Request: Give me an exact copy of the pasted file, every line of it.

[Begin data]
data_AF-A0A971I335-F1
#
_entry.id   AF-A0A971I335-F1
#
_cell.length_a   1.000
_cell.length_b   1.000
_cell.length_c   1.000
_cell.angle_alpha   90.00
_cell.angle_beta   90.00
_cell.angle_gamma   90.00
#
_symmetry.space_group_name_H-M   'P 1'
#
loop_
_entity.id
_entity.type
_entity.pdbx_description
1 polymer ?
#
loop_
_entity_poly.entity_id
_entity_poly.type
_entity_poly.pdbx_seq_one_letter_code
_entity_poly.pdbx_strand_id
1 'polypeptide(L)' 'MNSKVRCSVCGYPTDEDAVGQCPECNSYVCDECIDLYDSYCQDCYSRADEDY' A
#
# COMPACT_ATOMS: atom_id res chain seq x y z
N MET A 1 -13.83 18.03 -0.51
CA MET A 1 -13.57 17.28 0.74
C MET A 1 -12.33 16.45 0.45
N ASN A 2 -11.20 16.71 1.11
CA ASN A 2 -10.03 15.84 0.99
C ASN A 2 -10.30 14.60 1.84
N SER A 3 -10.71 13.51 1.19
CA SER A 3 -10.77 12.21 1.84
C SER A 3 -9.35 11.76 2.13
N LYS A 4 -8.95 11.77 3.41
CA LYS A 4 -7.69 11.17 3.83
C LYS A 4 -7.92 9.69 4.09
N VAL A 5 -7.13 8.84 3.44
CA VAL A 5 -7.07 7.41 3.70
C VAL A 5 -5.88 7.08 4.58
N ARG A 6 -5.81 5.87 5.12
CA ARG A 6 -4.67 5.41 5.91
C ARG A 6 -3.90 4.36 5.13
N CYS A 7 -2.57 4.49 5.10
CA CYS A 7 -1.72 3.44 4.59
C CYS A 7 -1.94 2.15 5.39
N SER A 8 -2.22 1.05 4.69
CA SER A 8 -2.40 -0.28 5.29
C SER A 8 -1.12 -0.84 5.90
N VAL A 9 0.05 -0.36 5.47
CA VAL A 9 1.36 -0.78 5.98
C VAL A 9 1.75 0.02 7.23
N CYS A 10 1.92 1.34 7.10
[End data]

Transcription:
data_AF-A0A971I335-F1
#
_entry.id   AF-A0A971I335-F1
#
_cell.length_a   1.000
_cell.length_b   1.000
_cell.length_c   1.000
_cell.angle_alpha   90.00
_cell.angle_beta   90.00
_cell.angle_gamma   90.00
#
_symmetry.space_group_name_H-M   'P 1'
#
loop_
_entity.id
_entity.type
_entity.pdbx_description
1 polymer ?
#
loop_
_entity_poly.entity_id
_entity_poly.type
_entity_poly.pdbx_seq_one_letter_code
_entity_poly.pdbx_strand_id
1 'polypeptide(L)' 'MNSKVRCSVCGYPTDEDAVGQCPECNSYVCDECIDLYDSYCQDCYSRADEDY' A
#
# COMPACT_ATOMS: atom_id res chain seq x y z
N MET A 1 -13.83 18.03 -0.51
CA MET A 1 -13.57 17.28 0.74
C MET A 1 -12.33 16.45 0.45
N ASN A 2 -11.20 16.71 1.11
CA ASN A 2 -10.03 15.84 0.99
C ASN A 2 -10.30 14.60 1.84
N SER A 3 -10.71 13.51 1.19
CA SER A 3 -10.77 12.21 1.84
C SER A 3 -9.35 11.76 2.13
N LYS A 4 -8.95 11.77 3.41
CA LYS A 4 -7.69 11.17 3.83
C LYS A 4 -7.92 9.69 4.09
N VAL A 5 -7.13 8.84 3.44
CA VAL A 5 -7.07 7.41 3.70
C VAL A 5 -5.88 7.08 4.58
N ARG A 6 -5.81 5.87 5.12
CA ARG A 6 -4.67 5.41 5.91
C ARG A 6 -3.90 4.36 5.13
N CYS A 7 -2.57 4.49 5.10
CA CYS A 7 -1.72 3.44 4.59
C CYS A 7 -1.94 2.15 5.39
N SER A 8 -2.22 1.05 4.69
CA SER A 8 -2.40 -0.28 5.29
C SER A 8 -1.12 -0.84 5.90
N VAL A 9 0.05 -0.36 5.47
CA VAL A 9 1.36 -0.78 5.98
C VAL A 9 1.75 0.02 7.23
N CYS A 10 1.92 1.34 7.10